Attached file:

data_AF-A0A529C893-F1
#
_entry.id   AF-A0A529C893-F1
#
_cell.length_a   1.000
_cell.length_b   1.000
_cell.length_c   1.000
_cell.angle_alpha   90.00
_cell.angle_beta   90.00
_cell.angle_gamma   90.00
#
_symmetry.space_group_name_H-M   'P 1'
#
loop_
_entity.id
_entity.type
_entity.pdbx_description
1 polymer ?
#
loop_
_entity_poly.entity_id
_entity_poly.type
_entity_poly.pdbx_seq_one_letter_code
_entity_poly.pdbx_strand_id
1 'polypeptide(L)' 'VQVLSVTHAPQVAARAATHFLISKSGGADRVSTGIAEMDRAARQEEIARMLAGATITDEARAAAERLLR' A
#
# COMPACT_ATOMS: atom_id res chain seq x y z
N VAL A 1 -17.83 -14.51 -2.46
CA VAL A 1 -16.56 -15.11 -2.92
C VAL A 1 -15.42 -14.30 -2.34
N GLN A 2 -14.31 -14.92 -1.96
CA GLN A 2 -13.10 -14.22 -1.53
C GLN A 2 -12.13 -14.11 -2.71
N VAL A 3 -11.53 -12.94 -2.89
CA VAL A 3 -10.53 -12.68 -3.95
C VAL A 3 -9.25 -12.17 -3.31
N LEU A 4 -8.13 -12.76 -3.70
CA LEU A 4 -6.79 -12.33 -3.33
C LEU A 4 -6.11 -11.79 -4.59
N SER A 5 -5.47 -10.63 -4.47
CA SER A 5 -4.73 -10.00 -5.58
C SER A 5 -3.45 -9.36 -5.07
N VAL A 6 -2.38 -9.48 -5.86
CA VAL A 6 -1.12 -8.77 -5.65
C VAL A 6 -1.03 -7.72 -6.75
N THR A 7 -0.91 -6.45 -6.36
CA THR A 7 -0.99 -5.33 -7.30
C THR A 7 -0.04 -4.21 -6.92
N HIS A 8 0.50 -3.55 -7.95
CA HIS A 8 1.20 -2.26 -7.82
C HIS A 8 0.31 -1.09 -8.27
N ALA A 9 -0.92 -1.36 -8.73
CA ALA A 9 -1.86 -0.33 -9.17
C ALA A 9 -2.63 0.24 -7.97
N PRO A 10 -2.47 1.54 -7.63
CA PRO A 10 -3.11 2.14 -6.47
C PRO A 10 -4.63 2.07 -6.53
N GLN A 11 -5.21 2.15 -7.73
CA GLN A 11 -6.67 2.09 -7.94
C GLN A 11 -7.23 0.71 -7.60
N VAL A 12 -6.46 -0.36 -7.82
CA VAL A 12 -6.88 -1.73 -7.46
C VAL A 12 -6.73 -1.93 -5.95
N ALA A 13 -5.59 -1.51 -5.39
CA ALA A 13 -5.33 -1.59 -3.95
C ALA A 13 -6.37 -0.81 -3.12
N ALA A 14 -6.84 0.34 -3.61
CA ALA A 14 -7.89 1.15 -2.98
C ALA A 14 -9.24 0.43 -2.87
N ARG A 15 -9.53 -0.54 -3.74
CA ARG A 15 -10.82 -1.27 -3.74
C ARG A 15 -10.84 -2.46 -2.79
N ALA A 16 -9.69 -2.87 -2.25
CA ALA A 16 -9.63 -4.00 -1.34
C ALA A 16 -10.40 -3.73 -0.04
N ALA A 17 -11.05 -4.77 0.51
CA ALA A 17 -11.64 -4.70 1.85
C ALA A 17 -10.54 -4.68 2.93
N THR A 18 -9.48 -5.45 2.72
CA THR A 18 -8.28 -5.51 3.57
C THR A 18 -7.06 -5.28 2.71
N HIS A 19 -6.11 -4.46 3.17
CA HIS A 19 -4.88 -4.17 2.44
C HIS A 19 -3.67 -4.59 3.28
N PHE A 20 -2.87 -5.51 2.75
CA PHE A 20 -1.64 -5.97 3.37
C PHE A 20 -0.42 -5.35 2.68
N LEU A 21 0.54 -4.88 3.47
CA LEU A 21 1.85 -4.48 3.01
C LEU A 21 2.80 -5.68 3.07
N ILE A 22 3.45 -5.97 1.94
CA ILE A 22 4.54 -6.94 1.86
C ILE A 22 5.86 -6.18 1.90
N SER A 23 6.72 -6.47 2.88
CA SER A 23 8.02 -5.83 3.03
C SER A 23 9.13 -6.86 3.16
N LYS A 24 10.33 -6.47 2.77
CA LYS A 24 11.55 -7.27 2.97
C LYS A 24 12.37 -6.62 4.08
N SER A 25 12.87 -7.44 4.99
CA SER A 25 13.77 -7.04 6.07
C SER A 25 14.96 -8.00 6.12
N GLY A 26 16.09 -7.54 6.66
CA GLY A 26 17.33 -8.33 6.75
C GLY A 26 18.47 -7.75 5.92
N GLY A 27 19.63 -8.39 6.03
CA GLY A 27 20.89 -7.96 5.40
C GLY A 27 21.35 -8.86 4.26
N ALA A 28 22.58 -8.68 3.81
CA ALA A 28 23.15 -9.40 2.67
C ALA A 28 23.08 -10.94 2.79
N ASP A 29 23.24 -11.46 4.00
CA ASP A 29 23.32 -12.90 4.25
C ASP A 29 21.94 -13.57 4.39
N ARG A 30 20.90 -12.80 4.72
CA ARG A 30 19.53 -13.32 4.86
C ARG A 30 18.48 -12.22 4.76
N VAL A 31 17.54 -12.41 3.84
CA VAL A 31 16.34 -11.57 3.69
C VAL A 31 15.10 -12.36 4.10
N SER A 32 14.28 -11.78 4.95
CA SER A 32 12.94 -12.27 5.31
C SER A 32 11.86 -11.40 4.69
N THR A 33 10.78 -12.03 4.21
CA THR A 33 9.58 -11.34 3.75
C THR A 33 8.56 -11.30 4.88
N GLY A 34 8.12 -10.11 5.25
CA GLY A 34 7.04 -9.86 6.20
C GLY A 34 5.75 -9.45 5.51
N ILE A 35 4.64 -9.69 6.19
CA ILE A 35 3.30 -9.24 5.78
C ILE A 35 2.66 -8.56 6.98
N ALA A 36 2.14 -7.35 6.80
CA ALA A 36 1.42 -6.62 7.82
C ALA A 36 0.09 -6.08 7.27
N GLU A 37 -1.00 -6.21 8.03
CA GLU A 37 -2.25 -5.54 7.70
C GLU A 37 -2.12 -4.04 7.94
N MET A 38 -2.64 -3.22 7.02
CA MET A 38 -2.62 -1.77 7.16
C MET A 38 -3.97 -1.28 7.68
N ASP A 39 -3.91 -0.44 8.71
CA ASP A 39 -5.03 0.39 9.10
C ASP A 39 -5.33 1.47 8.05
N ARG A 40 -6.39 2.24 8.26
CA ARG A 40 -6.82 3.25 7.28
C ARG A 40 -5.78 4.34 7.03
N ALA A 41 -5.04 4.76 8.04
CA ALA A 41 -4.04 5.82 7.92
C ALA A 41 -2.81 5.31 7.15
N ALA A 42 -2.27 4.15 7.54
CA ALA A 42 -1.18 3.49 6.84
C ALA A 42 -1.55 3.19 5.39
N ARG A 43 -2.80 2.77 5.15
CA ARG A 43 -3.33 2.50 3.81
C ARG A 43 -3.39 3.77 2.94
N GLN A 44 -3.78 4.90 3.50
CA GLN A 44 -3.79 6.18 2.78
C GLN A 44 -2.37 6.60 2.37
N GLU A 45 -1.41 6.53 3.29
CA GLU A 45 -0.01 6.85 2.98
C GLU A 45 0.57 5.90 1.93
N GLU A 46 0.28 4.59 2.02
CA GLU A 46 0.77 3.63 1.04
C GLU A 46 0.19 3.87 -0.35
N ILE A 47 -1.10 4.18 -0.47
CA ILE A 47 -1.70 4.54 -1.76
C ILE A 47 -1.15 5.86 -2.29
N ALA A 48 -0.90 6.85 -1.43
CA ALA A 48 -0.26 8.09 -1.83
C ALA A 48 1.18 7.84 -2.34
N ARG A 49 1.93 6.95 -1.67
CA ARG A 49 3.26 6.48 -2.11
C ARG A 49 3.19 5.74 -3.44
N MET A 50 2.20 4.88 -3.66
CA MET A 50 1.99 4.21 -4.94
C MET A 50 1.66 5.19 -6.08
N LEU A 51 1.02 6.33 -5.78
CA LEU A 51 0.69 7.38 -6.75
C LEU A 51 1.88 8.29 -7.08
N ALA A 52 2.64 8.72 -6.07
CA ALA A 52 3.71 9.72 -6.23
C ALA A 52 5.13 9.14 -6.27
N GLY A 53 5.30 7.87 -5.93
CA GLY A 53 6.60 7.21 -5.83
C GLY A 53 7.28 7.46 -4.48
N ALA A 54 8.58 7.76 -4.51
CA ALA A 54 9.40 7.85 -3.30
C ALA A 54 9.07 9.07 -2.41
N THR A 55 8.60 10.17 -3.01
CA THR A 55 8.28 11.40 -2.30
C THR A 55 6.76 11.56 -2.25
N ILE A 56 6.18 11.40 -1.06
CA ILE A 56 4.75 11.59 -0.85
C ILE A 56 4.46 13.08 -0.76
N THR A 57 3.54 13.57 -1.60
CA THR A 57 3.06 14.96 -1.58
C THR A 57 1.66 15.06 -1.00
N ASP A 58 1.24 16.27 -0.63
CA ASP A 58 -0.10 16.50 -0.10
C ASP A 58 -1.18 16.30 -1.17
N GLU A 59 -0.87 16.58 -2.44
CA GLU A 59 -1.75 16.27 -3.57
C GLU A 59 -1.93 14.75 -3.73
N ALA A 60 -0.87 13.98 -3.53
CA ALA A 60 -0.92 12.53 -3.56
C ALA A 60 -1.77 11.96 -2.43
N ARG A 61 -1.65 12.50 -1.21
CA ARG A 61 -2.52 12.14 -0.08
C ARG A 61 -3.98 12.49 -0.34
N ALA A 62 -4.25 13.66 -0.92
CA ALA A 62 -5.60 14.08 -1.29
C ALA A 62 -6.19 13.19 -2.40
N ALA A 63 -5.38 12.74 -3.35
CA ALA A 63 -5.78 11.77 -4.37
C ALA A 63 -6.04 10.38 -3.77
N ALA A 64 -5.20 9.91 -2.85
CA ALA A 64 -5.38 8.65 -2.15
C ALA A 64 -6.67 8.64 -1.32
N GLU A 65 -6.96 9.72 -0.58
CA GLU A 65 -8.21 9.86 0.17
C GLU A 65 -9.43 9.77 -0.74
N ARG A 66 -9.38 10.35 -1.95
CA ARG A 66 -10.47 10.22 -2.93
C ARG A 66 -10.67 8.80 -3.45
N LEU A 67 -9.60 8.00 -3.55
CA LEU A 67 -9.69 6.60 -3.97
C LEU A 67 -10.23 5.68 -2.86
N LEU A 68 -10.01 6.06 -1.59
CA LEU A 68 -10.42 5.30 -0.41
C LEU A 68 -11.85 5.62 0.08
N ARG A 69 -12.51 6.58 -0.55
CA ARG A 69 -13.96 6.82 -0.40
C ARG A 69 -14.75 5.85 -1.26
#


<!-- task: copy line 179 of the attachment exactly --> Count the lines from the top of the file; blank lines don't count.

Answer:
CA LEU A 51 0.69 7.38 -6.75